Please welcome Gwyn Cready today as she takes a moment to talk about her writing style and how she finds a balance between planning and inspiration and her new book, Just in Time for a Highlander.
People often ask if I’m a pantser or plotter, “pantser” being a writer who writes by the seat of one’s pants and “plotter” being someone who plots the story from one end to the other before starting. I’m going to be honest. I feel a lot of judgment in that question. There’s a clear bias toward plotting there. I mean, how about “Are you an inspired writer or one chained to a spreadsheet? Inspee or automaton?”
I am (IMHO) an interesting mix of both. The practicalities of publishing do require a pre-approved outline, which is absolutely painful for me. It takes at least a week of quiet and focused thinking, and since I’m rarely quiet and never focused, it’s a bit of a challenge. My husband will walk in and catch me staring out the window with my jaw hanging open and wonder if I’ve had a mild stroke.
I generally begin to write a book with the start, the end, and one or two key scenes in mind (one of them a sex scene, usually.) I’ve also created the canvas on which the hero and heroine will create the story, and that’s probably the part of pre-planning that has the most impact on the success of the story. The canvas needs to be big and tension-filled. In Just in Time for a Highlander, for example, the heroine is a young clan chieftess struggling to win the respect of her clansmen. She goes to a fortune teller to scare up a strong arm to help her. Naturally, she needs to be given exactly what she doesn’t need in order to get the story going. Instead of a Scots warrior, she ends up with a dashing Wall Street financier who knows nothing about fighting. His presence, moreover, is an obstacle keeping her from her objectives of settling the clansmen and getting a loan to fund a canal. Everything the hero does makes things more difficult for her. And that’s how a romance should start out, with two people at cross purposes.
But after the canvas is created and the horrifying outline has been approved, then I let my mind go wherever it wants to go. And my experience with publishers is that they’re fine with an author going “off-script” since it’s usually provoked by some great idea that’s popped into the writer’s head. The first third of a romance is about sexual tension and complications, the last third is about facing the moment when they realize they can’t be together and doing what’s necessary to change that, and the middle third of the book is about them falling in love and being forced to work together toward a now-common goal.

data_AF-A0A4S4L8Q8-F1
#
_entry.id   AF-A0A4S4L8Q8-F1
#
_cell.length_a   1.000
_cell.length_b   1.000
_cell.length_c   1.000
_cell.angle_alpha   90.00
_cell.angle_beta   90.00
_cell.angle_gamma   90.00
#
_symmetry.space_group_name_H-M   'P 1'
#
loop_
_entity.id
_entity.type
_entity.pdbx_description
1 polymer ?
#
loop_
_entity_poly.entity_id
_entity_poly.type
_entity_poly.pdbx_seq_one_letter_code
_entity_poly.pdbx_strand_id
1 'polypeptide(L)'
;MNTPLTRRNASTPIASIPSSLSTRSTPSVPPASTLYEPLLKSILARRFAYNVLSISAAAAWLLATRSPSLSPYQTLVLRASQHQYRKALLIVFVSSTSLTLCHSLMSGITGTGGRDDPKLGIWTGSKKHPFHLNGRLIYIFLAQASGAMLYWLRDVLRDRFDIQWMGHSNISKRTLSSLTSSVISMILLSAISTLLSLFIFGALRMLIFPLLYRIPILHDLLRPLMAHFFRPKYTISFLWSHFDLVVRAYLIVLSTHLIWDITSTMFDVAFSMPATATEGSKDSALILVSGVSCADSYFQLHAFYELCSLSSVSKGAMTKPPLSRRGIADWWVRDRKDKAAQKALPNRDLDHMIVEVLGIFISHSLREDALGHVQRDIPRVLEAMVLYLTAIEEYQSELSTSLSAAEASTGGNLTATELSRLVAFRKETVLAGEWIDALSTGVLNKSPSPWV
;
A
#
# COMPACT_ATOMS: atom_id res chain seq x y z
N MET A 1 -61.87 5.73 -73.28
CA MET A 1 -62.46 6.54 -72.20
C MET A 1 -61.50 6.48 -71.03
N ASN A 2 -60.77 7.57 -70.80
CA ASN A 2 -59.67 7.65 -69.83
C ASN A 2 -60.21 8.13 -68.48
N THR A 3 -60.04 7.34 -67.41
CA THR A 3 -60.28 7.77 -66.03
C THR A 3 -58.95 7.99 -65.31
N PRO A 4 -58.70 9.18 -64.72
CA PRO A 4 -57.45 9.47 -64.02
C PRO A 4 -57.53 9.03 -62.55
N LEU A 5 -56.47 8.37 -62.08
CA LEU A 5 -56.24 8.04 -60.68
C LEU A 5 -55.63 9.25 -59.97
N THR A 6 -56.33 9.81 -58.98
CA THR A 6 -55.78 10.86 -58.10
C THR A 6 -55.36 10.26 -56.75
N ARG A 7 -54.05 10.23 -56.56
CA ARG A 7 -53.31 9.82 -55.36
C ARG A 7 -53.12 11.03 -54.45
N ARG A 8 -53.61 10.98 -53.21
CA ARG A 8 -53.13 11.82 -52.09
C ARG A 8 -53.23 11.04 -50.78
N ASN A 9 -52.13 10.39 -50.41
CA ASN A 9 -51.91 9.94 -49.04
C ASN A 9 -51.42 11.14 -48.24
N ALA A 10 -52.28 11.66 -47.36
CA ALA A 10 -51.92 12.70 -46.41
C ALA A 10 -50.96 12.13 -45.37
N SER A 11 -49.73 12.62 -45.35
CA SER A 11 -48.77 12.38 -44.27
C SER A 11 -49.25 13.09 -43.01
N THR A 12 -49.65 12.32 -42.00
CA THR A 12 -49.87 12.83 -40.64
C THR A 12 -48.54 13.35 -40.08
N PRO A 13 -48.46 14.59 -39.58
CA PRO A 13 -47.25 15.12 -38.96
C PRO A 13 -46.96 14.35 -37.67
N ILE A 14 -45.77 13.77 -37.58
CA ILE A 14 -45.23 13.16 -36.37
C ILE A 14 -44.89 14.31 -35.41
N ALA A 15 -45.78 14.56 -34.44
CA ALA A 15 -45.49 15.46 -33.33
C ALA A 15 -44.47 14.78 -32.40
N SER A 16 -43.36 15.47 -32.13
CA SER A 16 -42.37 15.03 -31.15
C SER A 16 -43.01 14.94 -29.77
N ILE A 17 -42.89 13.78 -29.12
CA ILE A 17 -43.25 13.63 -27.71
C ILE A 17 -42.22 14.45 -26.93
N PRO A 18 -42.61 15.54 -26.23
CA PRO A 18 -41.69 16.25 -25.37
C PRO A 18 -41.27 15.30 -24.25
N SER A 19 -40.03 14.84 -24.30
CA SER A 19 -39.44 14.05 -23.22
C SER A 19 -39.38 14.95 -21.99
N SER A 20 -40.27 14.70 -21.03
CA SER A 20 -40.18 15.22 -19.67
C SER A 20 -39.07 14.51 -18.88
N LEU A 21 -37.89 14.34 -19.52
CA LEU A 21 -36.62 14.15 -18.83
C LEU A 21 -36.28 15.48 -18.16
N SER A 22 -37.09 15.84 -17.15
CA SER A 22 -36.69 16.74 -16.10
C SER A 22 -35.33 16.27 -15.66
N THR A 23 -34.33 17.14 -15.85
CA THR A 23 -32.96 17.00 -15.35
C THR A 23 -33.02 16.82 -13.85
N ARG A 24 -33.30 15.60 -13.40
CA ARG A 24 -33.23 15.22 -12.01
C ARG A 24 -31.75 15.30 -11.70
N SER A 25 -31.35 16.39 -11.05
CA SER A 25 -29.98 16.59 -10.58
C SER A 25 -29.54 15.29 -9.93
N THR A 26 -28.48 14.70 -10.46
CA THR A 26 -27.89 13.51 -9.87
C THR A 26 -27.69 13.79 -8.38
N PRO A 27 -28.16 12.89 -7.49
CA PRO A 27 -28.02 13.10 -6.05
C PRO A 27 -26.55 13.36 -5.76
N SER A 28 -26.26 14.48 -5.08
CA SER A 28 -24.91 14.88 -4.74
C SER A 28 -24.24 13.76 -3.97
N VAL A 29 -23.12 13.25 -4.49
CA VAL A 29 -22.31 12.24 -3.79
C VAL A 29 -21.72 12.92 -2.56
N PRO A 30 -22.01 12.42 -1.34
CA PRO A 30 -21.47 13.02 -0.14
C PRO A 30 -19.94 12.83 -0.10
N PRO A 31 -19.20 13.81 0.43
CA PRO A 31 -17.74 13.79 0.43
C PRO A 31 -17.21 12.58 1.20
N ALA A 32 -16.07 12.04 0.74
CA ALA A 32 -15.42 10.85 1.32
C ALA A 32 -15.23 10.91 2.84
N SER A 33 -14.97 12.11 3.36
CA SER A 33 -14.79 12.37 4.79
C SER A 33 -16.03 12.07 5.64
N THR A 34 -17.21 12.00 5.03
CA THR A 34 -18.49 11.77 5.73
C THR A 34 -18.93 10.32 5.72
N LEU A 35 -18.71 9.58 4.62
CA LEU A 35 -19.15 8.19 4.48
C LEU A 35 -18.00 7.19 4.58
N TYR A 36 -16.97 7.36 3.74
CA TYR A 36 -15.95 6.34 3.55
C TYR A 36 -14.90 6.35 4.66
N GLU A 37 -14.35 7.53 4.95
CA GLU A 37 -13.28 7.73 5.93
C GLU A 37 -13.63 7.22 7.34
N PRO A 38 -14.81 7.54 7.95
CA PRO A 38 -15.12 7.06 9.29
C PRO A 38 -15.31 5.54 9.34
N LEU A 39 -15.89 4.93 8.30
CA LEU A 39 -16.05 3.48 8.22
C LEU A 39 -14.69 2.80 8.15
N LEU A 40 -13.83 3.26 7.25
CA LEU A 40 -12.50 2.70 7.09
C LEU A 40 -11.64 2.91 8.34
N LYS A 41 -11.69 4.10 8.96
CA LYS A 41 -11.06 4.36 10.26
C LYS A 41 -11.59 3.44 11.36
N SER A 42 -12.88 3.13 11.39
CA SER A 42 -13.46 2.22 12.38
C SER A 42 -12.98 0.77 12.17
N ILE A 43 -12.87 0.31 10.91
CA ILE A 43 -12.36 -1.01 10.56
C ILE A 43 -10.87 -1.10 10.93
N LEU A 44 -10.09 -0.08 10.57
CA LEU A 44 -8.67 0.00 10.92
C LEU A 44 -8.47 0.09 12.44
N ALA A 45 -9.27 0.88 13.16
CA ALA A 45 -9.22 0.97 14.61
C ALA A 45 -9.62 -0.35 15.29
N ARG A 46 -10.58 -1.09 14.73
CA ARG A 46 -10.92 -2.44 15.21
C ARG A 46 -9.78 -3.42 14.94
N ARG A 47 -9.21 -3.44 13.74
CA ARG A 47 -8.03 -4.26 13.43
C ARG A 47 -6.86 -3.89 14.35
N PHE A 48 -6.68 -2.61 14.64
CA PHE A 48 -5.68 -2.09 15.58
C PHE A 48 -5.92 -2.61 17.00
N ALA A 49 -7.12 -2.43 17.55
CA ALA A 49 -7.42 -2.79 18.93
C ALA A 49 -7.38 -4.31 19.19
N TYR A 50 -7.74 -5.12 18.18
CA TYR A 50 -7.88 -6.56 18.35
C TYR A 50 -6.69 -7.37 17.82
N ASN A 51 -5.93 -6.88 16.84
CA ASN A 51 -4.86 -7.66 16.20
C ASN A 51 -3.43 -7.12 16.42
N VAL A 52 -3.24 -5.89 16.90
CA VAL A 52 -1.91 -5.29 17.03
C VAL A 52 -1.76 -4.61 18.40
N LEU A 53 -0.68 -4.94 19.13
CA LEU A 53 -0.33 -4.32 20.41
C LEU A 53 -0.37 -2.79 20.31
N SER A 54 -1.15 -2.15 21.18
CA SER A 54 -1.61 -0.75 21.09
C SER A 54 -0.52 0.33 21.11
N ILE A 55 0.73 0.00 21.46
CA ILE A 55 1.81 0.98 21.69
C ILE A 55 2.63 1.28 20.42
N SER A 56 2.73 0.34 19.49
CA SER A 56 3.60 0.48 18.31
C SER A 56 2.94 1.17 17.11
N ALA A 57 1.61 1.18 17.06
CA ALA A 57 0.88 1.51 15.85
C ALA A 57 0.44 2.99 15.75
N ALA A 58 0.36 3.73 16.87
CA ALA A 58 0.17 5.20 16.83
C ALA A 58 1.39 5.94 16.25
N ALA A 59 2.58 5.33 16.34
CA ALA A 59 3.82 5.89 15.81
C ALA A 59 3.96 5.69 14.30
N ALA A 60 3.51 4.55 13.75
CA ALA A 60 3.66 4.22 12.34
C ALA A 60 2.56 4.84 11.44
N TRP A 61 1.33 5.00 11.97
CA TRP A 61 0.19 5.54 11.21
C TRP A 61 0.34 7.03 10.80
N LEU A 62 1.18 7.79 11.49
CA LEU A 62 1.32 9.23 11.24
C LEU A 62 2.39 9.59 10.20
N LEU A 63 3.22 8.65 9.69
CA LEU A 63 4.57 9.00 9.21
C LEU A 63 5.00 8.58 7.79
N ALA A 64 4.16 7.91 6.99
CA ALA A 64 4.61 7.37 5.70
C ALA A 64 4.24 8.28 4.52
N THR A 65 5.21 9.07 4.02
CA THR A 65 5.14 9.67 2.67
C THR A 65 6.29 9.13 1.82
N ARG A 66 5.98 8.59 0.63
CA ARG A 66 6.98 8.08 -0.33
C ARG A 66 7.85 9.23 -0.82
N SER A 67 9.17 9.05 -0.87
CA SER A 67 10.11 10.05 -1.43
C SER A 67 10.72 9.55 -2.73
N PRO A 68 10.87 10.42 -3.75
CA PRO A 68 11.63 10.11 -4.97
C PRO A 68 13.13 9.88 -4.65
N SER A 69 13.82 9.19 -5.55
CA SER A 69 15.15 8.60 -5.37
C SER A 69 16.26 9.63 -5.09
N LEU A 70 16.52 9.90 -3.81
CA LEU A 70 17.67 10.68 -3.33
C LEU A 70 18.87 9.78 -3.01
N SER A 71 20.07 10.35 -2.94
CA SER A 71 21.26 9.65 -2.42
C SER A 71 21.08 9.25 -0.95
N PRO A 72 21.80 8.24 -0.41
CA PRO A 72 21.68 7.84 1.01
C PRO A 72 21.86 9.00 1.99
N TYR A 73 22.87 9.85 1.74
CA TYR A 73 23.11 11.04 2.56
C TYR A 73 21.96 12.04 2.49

Without the practicalities of publishing, I would definitely write without a typed outline, but I’d still have the start, end, and a couple key scenes in my head, not to mention the all-important canvas. Without the practicalities of publishing, however, I would also take two to three years to write a book, so you can see where the practicalities are a good thing for everyone. Deadlines are scary, but they’re the only things that make me write faster. I still think one of the most amazing parts of publishing is that you sign a contract for a book due a year later, and no one checks to see if you’ve made any progress along the way until the day it’s due. (“Hey, Gwyn, are we going to be getting that manuscript today?”) IS THAT THE SORT OF RESPONSIBILITY YOU WANT RESTING ON THE SHOULDERS OF A WRITER? NO! OMIGOD, NO!
Title: Just in Time for a Highlander
Series: Sirens of the Scottish
Author: Gwyn Cready
Pubdate: February 3rd, 2015
From RITA winner Gwyn Cready comes a Scottish borderlands time travel romance perfect for fans of Outlander
For Duncan MacHarg, things just got real…
Battle reenactor and financier Duncan MacHarg thinks he has it made—until he lands in the middle of a real Clan Kerr battle and comes face to face with their beautiful, spirited leader. Out of time and out of place, Duncan must use every skill he can muster to earn his position among the clansmen and in the heart of the devastatingly intriguing woman to whom he must pledge his oath.
Abby needs a hero and she needs him now.
When Abigail Ailich Kerr sees a handsome, mysterious stranger materialize in the midst of her clan’s skirmish with the English, she’s stunned to discover he’s the strong arm she’s been praying for. Instead of a tested fighter, the fierce young chieftess has been given a man with no measurable battle skills and a damnably distracting smile. And the only way to get rid of him is to turn him into a Scots warrior herself—one demanding and intimate lesson at a time.
About the Author:
Gwyn Cready is a writer of contemporary, Scottish, and time travel romance. She’s been called “the master of time travel romance” and is the winner of the RITA Award, the most prestigious award given in romance writing. She has been profiled in Real Simple and USA Today, among others. Before becoming a novelist, she spent 25 years in brand management. She has two grown children and lives with her husband on a hill overlooking the magical kingdom of Pittsburgh.